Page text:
Geared towards 8 year-olds and under, this Broadstairs activity centre offers a safe and fun environment for children to play in. It hosts birthday parties and various arts and crafts events. The centre features various rides and activities including slides and climbing frames. Meals and refreshments are also served throughout the week.
North Foreland Golf Club
Founded in the early 20th century, this outstanding links golf course affords some inspiring costal vistas and boasts 18 magnificent, challenging holes. The course is of such high quality that it’s used as a qualifying course for the British Open when the tournament is held at Royal St George. There’s also a par 3 short course which is just as demanding.
Lillyputt Mini Golf
Those looking for a more light-hearted game of golf should try the Lillyputt Mini Golf Centre. Families can enjoy a championship mini-golf course full of imaginative and wacky obstacles that will prove challenging to adults and kids alike. There’s also a tea garden and picnic area as well – it’s open all the year round.
Broadstairs & St Peter’s Lawn Tennis Club
The Broadstairs and St Peters Tennis Club welcomes members of all ages and abilities. It’s affiliated to the Lawn Tennis Association and welcomes non-members on Sundays, Mondays, Wednesdays and Thursdays. Non-members can visit five times before registration is required.
Broadstairs Sailing Club
Broadstairs Sailing Club, which was founded in 1936, offers training and racing activities for all levels of experience. It specialises mainly in sailing dinghies and offers beginner memberships for people of all ages. Social events are run throughout the year and newcomers are made to feel very welcome.
In addition to the many visitor attractions and activities around Broadstairs, there are a collection of events which celebrate the town’s cultural heritage.
Broadstairs Dickens Festival Dickens Festival – June
This is one of Broadstairs’ premier events, held in honour of novelist Charles Dickens. The festival features the theatrical production of a Dickens novel played by enthusiasts and locals dressed in authentic Victorian attire. There’s also a wide array of support events including gin tasting and musical entertainment. The festival culminates with a banquet and ball at the Dickens House Museum.
Broadstairs Folk Week – August
Held at a variety of venues around Broadstairs, this event is all about folk music. Dancers and musicians of all levels perform both planned and impromptu sessions in the pubs, on the streets and local beaches in celebration of folk culture. Together with the Dickens Festival, this is one of the most popular events in Broadstairs.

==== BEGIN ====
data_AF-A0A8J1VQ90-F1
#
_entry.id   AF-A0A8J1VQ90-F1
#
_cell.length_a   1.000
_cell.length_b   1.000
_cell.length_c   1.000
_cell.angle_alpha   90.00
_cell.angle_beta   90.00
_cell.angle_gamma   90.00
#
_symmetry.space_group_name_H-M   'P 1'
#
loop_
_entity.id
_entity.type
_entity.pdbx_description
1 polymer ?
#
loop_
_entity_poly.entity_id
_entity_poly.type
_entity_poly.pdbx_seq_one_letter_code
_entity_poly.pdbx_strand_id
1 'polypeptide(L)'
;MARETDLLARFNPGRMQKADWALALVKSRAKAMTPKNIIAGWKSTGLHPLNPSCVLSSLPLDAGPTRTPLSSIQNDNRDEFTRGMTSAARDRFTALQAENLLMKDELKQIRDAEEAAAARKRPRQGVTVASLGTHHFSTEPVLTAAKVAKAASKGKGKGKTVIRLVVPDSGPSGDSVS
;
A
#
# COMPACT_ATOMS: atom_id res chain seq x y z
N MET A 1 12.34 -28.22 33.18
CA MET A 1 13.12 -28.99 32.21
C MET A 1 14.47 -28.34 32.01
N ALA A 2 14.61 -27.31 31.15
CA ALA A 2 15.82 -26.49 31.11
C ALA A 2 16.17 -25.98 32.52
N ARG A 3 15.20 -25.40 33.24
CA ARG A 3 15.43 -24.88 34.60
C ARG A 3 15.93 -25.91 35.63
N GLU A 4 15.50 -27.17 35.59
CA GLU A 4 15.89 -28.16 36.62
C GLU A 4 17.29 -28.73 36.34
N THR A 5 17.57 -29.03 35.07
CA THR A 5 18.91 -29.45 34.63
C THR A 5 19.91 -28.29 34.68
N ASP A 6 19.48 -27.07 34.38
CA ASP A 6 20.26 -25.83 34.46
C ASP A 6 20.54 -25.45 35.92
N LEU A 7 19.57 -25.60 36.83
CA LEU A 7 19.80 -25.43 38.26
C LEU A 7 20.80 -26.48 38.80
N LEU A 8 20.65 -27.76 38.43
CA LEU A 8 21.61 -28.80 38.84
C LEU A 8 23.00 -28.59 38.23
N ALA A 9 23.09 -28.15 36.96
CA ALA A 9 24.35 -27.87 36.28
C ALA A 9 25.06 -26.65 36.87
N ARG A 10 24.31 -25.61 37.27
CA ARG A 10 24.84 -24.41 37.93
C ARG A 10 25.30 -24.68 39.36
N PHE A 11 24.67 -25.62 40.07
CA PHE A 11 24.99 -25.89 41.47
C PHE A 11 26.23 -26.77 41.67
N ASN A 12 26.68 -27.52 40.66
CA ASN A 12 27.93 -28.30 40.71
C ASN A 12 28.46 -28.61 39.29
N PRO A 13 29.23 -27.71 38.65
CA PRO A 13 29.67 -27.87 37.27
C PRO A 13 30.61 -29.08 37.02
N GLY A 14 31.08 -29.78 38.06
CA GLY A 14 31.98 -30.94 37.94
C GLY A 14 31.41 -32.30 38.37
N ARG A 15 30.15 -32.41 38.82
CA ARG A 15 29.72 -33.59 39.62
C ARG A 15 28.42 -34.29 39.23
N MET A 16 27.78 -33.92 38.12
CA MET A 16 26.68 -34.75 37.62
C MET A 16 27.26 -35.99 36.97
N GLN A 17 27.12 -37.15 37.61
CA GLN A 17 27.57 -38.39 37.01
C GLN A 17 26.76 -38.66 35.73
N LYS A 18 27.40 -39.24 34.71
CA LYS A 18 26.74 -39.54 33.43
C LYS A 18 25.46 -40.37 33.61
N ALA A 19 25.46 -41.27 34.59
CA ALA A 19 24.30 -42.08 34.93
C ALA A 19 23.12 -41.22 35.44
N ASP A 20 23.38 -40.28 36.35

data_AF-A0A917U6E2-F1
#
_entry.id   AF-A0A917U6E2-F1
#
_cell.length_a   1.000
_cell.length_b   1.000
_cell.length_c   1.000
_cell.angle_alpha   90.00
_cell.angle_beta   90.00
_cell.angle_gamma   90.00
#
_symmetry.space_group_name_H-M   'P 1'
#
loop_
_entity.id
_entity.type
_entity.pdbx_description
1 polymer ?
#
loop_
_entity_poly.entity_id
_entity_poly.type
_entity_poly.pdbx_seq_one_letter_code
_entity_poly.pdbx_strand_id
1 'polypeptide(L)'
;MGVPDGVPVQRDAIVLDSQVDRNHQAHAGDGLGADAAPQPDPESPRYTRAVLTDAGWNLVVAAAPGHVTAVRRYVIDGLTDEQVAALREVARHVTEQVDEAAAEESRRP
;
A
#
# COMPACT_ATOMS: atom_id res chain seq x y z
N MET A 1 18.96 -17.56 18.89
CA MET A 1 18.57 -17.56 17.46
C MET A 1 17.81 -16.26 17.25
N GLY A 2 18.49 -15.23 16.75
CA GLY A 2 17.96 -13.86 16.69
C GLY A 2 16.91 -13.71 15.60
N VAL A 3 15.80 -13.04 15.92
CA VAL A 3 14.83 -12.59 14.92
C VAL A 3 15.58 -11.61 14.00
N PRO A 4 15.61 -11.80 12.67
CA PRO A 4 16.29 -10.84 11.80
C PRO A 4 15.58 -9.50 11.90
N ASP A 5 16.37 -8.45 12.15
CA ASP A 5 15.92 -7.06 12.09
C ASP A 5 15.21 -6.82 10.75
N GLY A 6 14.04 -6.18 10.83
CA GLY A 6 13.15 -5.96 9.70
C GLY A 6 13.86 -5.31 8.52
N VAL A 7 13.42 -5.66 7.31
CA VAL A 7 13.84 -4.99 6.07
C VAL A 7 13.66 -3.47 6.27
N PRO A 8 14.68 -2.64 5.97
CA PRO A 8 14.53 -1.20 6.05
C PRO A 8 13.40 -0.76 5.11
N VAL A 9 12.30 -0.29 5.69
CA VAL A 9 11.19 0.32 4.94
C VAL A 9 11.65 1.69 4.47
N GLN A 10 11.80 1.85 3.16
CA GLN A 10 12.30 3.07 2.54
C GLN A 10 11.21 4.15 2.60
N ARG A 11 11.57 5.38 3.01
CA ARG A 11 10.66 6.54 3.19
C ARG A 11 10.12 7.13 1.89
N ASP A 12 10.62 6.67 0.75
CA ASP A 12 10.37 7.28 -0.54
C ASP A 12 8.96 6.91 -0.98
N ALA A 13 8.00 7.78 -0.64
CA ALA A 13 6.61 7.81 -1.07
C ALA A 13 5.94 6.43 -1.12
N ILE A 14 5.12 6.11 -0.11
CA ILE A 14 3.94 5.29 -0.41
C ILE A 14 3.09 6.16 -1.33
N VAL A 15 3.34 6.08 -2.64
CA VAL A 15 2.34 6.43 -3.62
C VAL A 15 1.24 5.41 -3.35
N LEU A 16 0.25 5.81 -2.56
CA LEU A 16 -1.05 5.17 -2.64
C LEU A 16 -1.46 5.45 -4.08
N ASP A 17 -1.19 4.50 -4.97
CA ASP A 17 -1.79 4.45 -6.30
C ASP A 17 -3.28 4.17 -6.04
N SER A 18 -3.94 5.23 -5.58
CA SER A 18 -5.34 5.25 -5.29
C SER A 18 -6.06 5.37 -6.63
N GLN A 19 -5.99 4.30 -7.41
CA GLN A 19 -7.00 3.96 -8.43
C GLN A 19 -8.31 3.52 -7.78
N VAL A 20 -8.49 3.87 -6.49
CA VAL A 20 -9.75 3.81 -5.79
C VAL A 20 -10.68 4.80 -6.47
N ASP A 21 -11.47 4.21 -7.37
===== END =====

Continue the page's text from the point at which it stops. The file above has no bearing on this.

Broadstairs Fireworks Display – November
Held on Guy Fawkes Night, this event features an impressive firework display which starts at the Broadstairs Bandstand from 6pm. A number of live acts play at the Bandstand and Pavillion from 6 to 8 and there’s also a fireworks disco. The actual display is held at Viking Bay and commences at 8pm.
Broadstairs Food Festival – September, October
This event showcases locally-sourced produce and features up to 100 stalls selling all manner of culinary delicacies. There’s also a restaurant trail which takes in some of Broadstairs’ finest restaurants and eateries.
Broadstairs Blues Bash – February
Broadstairs Blues Bash is a free Blues music festival. There are over thirty local, national and international Blues acts that perform across 15 venues around town, attracting thousands of visitors each year.
Attractions near to Broadstairs
If you’re looking to expand your holiday itinerary, read on for more information about visitor attractions in the surrounding area. We’ve included details of notable places of interest in Margate and Ramsgate.
The Shell Grotto, Margate
This is a place of national significance and also a major local visitor attraction. It’s located close to Margate and features over 4 million shells of all shapes and sizes plastered on the walls of winding tunnels as well as an underground cavern. Discovered in the early 19th century, its origins are unknown.
Hornby Visitor Centre, Margate
The Hornby Visitor Centre is another popular Margate visitor attraction and is home to a large array of model railways, an elaborate Scalextric track and a small collection of model cathedrals, originally built by William Gorringe. There’s also a superbly-stocked shop featuring all kinds of Hornby products.
Spitfire Museum Spitfire Museum, Ramsgate
A museum located in Ramsgate which is dedicated to the pilots and aircrew who fought during WW2. It houses wonderfully-preserved Spitfires and Hurricanes, as well as an original bouncing bomb and squadron scoreboard that illustrates 222 Squadron’s successes.
RAF Manston History Museum, Ramgsate
This was at one time a major RAF air base and played a major role in both World Wars. Although it closed in 1999, there remains a museum which vividly celebrates its aeronautical history. Visitors will find a variety of aircraft including a Gloster Meteor, a Westland Wessex helicopter and a Jaguar. It’s open from Monday to Sunday and is next-door to the Spitfire Museum.